Another Canadian duo to swoop onto the indie rock musical scene last year were the Japandroids.  I saw them this summer at a small bar in Boise, Idaho with a crowd of a dozen people, so I looked forward to catching them at Emo’s during a day show on Friday with what would be a crammed house.  At first I stood back, watching their performance, but quickly the music took over and I made my way for the heart of the crowd – I needed to dance.  Once out amongst the throng of on-lookers I joined in on the fist pumping and po-going through the band’s biggest hit from last year, “Young Hearts Spark Fire”. When the song came to a close, the crowd settled down faster than an anchor.  Despite my efforts to keep the energy up, all the young hipsters looked at the crazy bald man, me,  with annoyance. I felt a bit like Pierce on “Community”.  Despite my eagerness to enjoy an energetic punk rock show, I still felt these kids had some learning to do. Heck, even the 12 Boise natives at the show this summer could produce a better pit than this sad, slew of Twittering introverts.

With the crowd so dead, it was easy to film a steady shot of their show, although the beers seemed to be trying to keep my bouncy cam alive (take note of how their drummer looks like Hedo Turkoglu):

Best Interaction- The Very Best

When we arrived to the Beauty Bar for The Very Best’s closing show of the night, I could tell something crazy was going to happen. It was packed. I don’t know if a show has been that overcapacitated since the last Great White show.   We could barely manuever through the throng of people as Shout Out Out Out Out finished their set.  Johnny couldn’t hack the sardine like surroundings and chose to leave, while I decided to stick it out to see the band perform. I use the word “band” loosely, knowing that The Very Best consist of a couple DJs and Esau Mwamwaya singing his African inspired melodies.

The stage set-up consisted of a table with a DJ kit, and two inflatable palm trees. A DJ came out and basically pushed play, making the performance as close to karaoke as it gets. Yet, somehow, when Esau Mwamwaya came out onto the stage with a pair of African dancers, all negative thoughts subsided and soon I joined in with the other 100 white people in the room, dancing to the tribal music.  Near the end of the set, the guest rapper (I never caught his name) asked a girl up front onto the stage. Bad idea. Soon the entire audience poured onto the performance area like they had just beaten Kansas in the NCAA tournament. By the song’s end the crowd surfing palm trees were deflating fast  and the performers were forced to climb the speakers in order to escape the bedlam.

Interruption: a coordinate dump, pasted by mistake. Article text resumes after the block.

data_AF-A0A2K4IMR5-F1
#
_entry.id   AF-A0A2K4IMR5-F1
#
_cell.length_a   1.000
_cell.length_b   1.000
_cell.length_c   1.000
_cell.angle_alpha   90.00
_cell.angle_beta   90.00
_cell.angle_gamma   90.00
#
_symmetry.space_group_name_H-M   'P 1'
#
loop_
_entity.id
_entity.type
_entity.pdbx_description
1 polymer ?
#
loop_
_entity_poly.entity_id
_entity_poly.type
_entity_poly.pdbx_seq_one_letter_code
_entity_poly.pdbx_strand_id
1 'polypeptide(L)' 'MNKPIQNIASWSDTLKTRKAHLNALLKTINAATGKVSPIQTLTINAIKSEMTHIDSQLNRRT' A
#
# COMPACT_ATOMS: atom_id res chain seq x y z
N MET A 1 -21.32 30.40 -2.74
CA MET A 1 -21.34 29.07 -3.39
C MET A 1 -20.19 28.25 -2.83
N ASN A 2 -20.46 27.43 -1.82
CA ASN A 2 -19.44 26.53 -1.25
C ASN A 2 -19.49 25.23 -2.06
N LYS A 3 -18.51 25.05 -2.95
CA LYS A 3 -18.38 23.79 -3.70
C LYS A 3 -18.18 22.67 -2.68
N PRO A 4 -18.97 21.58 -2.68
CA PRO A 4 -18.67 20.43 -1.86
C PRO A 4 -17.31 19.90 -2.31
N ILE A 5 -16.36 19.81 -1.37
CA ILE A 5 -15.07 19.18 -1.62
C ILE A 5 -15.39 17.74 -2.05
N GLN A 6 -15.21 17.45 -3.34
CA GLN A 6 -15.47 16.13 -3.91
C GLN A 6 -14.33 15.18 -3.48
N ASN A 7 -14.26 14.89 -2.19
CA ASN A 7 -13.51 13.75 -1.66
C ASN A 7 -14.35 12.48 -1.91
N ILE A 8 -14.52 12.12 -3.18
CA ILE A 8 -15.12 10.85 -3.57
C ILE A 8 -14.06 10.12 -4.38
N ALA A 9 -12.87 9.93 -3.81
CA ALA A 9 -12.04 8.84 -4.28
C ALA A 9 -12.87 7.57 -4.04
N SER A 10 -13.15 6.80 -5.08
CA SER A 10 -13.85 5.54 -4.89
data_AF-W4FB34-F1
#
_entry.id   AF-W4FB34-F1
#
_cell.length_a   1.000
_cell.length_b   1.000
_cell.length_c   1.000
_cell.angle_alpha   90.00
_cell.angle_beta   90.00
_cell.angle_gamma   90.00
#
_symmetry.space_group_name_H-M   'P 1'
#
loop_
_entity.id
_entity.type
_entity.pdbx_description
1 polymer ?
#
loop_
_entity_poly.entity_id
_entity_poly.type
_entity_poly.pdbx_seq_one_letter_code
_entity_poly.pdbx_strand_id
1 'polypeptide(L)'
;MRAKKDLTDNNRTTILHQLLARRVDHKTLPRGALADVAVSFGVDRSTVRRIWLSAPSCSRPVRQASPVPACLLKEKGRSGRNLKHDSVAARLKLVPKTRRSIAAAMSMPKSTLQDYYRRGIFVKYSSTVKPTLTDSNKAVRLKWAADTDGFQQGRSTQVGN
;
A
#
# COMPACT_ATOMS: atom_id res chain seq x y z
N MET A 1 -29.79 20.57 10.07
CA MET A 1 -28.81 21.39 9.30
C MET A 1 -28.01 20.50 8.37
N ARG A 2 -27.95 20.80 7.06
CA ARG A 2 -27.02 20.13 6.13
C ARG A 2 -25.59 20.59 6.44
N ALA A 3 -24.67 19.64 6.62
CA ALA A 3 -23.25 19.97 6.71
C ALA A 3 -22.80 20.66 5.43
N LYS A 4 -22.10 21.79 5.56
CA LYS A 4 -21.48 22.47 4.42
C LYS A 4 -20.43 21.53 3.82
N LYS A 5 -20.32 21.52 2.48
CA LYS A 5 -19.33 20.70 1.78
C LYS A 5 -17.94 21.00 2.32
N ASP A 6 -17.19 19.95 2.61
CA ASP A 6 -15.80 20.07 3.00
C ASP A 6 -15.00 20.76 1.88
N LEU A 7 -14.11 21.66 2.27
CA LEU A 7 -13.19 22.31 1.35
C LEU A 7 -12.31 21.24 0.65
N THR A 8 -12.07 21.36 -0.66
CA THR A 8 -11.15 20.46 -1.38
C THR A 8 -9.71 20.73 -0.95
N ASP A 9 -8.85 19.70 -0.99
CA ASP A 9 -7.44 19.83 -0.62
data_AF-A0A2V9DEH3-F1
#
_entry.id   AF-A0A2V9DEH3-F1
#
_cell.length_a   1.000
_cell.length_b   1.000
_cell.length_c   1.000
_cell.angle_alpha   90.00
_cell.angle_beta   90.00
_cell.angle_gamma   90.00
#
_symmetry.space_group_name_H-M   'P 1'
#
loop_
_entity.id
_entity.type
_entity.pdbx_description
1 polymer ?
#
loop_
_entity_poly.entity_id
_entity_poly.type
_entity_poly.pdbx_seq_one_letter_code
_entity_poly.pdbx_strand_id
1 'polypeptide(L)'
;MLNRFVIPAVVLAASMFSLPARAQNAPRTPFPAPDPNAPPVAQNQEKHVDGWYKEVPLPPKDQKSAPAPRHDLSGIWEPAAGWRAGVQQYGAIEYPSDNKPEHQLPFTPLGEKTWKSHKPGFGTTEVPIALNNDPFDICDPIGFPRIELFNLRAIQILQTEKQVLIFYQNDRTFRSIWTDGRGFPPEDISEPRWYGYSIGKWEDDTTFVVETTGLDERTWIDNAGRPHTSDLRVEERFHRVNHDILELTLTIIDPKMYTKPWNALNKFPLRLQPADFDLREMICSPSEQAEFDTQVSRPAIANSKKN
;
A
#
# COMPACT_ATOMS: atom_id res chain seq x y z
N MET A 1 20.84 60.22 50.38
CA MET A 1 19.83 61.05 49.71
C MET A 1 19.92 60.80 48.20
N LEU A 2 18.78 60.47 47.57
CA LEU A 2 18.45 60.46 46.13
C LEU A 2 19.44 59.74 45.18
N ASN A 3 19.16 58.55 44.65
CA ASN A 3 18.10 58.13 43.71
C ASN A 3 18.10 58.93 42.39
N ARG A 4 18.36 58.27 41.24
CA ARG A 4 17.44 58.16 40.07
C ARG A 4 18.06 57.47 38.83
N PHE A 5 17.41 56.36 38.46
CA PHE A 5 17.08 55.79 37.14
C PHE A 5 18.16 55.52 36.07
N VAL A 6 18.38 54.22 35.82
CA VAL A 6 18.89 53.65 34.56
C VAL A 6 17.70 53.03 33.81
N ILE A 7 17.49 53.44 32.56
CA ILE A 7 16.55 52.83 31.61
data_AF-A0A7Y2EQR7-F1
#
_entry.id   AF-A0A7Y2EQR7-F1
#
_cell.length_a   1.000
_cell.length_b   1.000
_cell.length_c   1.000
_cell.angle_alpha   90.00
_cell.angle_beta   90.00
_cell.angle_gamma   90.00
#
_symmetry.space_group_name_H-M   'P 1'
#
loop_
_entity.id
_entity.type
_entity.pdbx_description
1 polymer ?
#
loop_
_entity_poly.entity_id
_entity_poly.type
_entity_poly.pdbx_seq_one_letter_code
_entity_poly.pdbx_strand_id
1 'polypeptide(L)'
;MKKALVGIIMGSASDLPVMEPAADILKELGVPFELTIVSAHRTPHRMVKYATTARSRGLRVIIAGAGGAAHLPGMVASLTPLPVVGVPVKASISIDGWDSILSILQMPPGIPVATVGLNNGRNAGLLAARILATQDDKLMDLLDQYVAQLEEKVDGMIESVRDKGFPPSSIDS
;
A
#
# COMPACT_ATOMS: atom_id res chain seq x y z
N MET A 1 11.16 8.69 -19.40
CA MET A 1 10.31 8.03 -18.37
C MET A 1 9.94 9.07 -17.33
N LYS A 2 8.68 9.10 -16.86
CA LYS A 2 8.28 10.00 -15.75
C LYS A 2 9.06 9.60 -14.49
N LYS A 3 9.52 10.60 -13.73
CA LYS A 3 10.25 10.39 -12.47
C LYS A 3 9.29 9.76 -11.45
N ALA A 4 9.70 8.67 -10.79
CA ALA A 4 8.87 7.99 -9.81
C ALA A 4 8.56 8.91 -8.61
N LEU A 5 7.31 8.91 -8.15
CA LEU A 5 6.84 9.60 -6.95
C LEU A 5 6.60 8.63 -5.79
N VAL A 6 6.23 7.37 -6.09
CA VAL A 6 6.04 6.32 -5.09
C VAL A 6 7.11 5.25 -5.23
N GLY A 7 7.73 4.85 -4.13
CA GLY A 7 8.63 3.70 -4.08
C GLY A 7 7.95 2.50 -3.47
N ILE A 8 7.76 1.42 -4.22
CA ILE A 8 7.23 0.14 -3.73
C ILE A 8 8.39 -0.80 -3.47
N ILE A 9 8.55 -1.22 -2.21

His climb above the crowd reminded me of Bilbo emerging from the tree-tops of Mirkwood Forest...yes, I'm a nerd.

Best Solo Artist – Ty Segall

For some reason I didn’t attend any “real” solo shows this year. I’m not really sure why. I’m still a folky at heart, but it just didn’t happen. Due to this lack of singer/songwriters in my pool of artists viewed, I’m going to use this category as an excuse to promote Ty Segall some more (even though he technically has a band). Regardless, the accolades for Ty are definitely earned.  Once again Ty Segall put on a stellar show at SXSW, this time in an eclectic bar on the southside of town called the Longbranch Inn.  While the lame-o’s at the Japandroids show stood in what Isaac Brock would call a “cross-armed stance”, the handful of lo-fi fanatics at the Longbranch were up and po-going away throughout Ty’s set.  With the unfortunate passing of Jay Reatard, I’d like to believe that Ty Segall can keep that retro-pop-punk sound alive and well.